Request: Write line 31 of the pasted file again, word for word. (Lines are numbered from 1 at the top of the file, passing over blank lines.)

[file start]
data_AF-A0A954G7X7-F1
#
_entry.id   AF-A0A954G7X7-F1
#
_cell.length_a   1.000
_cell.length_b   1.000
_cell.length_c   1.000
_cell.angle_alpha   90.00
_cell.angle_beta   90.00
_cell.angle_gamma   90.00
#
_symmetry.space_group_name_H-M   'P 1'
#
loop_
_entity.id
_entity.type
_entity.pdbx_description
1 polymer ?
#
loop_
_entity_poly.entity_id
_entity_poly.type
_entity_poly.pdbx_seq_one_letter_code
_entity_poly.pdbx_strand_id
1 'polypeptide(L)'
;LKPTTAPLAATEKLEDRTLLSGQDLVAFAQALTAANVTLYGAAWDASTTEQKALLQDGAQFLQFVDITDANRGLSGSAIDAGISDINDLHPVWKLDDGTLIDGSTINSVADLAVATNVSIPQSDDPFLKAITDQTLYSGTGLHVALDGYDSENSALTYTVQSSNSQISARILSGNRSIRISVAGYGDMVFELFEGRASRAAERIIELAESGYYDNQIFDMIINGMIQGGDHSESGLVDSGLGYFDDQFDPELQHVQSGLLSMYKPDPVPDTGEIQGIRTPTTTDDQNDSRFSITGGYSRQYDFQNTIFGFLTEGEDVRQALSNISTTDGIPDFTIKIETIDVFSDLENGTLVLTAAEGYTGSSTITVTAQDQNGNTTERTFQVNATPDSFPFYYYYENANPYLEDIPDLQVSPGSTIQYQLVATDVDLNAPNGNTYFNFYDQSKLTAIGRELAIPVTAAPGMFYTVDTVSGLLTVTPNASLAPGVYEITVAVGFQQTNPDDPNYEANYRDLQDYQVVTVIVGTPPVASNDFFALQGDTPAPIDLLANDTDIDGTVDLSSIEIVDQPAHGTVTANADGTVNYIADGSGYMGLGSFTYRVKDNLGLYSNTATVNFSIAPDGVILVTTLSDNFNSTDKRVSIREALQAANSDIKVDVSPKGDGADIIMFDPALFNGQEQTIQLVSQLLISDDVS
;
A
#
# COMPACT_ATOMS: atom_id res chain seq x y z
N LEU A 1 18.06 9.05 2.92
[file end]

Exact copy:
N LEU A 1 18.06 9.05 2.92